Something for the Locals
I live in Chattanooga, TN. There’s a lot to love about this area. Chattanooga has enjoyed national coverage of our revitalized downtown in the last few years. Living here means having access to gorgeous woodlands, rivers, creeks, trails, and farmland but also access to great restaurants, theaters, coffeehouses, museums, public parks, shops and other conveniences and pleasures of a busy downtown. Most people who live here know that in the 1960s, Chattanooga was named one of the dirtiest cities in the country by the EPA but now is recognized as an example of how to clean up. We have a long way to go toward being green enough or sustainable enough–whatever enough is.
Most of the changes to our city began with a “visioning process” called Vision 2000 and organized by a non-profit called Chattanooga Venture, founded in 1984. A group of politicians and business people and regular citizens got together and drew up a plan for what they wanted Chattanooga to look like. The result is a downtown that is nice for the people who live here and that attracts tourists. As happens sometimes, the whole thing snowballed and success brought more success and neighborhoods revitalized one by one. The process is still continuing today, but we are now facing new opportunities and challenges.
A little over a year ago, VW announced that they would be building a new automotive plant in Chattanooga. Obviously, this is good news in terms of jobs and economic development. VW is the most often mentioned because it is the largest but several other companies are coming, too: Alstom Power, Gestamp Corporation, and Wacker Chemie, as well as others. Along with wonderful opportunities come challenges.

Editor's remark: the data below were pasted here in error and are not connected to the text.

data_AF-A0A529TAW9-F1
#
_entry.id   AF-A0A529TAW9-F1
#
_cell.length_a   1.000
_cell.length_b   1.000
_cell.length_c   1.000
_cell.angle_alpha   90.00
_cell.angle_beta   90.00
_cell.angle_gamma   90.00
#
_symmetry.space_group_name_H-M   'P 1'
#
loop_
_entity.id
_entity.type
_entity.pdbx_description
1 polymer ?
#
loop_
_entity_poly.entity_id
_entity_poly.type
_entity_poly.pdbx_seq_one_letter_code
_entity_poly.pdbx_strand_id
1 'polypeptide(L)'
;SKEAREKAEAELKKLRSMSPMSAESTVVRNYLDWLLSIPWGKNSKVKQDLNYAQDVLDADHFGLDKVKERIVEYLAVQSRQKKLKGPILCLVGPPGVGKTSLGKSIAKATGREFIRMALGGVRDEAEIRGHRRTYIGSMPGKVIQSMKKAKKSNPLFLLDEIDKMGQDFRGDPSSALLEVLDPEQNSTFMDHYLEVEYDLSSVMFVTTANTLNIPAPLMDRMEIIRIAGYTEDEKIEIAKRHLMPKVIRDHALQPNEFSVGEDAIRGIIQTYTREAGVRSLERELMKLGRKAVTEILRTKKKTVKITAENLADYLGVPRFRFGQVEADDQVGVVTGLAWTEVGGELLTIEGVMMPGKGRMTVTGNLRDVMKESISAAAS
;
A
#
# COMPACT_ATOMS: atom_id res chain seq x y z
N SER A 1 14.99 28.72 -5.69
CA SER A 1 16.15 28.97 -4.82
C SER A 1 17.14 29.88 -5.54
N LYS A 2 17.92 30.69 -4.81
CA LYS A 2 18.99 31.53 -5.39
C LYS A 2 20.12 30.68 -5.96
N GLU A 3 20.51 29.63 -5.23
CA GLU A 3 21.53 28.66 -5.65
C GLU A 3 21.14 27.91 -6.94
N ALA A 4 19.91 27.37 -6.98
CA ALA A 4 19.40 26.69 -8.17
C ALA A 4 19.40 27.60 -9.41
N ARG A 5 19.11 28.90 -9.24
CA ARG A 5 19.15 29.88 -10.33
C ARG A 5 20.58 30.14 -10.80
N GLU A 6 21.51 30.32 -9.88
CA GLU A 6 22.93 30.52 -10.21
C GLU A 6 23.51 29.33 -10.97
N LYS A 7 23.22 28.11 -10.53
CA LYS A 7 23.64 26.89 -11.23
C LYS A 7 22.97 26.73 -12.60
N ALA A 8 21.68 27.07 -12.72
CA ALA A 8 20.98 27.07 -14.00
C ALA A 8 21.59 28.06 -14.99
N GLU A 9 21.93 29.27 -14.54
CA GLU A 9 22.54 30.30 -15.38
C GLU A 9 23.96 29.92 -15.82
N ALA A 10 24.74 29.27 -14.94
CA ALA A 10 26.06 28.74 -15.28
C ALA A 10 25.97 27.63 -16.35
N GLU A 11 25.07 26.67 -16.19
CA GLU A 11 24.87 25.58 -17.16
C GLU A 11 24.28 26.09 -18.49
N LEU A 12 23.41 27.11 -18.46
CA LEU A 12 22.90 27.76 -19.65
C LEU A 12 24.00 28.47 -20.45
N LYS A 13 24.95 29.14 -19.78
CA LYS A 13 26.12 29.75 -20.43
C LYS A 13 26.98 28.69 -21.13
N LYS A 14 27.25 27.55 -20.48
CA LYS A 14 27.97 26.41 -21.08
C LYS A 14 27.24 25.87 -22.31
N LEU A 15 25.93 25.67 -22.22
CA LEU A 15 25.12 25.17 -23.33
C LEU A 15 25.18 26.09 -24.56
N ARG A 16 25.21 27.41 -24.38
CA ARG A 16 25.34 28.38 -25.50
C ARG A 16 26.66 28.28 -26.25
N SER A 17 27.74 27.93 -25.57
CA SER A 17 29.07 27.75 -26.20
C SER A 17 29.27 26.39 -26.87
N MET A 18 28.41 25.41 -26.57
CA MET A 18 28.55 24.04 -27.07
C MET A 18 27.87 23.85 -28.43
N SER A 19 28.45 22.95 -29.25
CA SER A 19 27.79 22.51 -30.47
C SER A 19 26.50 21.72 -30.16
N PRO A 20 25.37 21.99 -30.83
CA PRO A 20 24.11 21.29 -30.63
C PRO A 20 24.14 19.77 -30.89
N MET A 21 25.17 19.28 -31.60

Like all cities, Chattanooga faces some problems. Budget issues. Public service scandals. Public education. Homelessness. Poverty. Sprawl. Gentrification. It would be nice to imagine that all of the economic development and jobs would create a “natural” cure to all those public ills, but that is simply not realistic. Instead, each problem could potentially intensify because of new industry. Our population will likely grow and more people mean more problems. If property values rise because more people are competing to buy, some families will no longer be able to afford to pay taxes on their homes, there will be more children to educate, our police, fire and sanitation departments will all feel the stress of increased demand on their services.
All of that is not to mention taming our carbon footprint, protecting our natural areas, encouraging sustainable growth, improving and encouraging local food production, etc., etc. So, like towns all over the country, Chattanooga has plenty of issues facing it. Enter Chattanooga STAND. STAND is another visioning effort. It was begun by a fairly small group, funded by foundations and individuals, and seeks to involve the entire population of the area. STAND aims to collect answers to a four question survey from 25,000 area residents. The questions are simple enough for children to answer and vague enough to allow people some room for interpretation. They are:
1. What do you like about the Chattanooga region?
2. Imagine the best possible Chattanooga. Describe it.
3. What challenges must be addressed?
4. What actions, big or small, can you take to help?
The collected answers to the survey questions will be entered into a database, coded, then the information will be made available to whoever wants it. The goal is to make the concerns and preferences of the residents of Chattanooga known and help spur residents, politicians and businesses to be involved in solving the problems we face together. Call me naive, but this seems like a great thing. I am being invited to contribute my opinion, and my opinion is going to be documented and used to create a plan for the city I live in.
If you live in or around Chattanooga and would like to be part of a plan for our future, go to ChattanoogaStand.com and take a Stand. Voice your opinion. Allow it to be recorded and counted. It is probably the easiest, least time-consuming way to be civically active.